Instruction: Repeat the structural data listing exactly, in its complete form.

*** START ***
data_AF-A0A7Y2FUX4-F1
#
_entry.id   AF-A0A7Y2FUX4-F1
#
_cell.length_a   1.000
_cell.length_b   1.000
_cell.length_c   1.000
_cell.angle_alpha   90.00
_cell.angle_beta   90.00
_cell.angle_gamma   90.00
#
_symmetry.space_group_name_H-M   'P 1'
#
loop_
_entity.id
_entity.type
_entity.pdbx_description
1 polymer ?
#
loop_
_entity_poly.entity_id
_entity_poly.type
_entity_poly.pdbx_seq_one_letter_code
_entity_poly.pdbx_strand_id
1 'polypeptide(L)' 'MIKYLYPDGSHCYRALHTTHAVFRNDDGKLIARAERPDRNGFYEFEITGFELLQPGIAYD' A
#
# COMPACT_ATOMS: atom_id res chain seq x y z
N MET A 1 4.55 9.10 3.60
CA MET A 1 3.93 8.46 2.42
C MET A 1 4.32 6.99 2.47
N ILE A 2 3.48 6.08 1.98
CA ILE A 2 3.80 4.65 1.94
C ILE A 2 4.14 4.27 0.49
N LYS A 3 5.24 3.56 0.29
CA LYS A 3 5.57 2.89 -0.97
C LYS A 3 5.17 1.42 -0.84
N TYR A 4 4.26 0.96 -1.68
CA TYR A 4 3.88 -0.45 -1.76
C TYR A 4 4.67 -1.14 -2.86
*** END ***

data_AF-A0A7Y2FUX4-F1
#
_entry.id   AF-A0A7Y2FUX4-F1
#
_cell.length_a   1.000
_cell.length_b   1.000
_cell.length_c   1.000
_cell.angle_alpha   90.00
_cell.angle_beta   90.00
_cell.angle_gamma   90.00
#
_symmetry.space_group_name_H-M   'P 1'
#
loop_
_entity.id
_entity.type
_entity.pdbx_description
1 polymer ?
#
loop_
_entity_poly.entity_id
_entity_poly.type
_entity_poly.pdbx_seq_one_letter_code
_entity_poly.pdbx_strand_id
1 'polypeptide(L)' 'MIKYLYPDGSHCYRALHTTHAVFRNDDGKLIARAERPDRNGFYEFEITGFELLQPGIAYD' A
#
# COMPACT_ATOMS: atom_id res chain seq x y z
N MET A 1 4.55 9.10 3.60
CA MET A 1 3.93 8.46 2.42
C MET A 1 4.32 6.99 2.47
N ILE A 2 3.48 6.08 1.98
CA ILE A 2 3.80 4.65 1.94
C ILE A 2 4.14 4.27 0.49
N LYS A 3 5.24 3.56 0.29
CA LYS A 3 5.57 2.89 -0.97
C LYS A 3 5.17 1.42 -0.84
N TYR A 4 4.26 0.96 -1.68
CA TYR A 4 3.88 -0.45 -1.76
C TYR A 4 4.67 -1.14 -2.86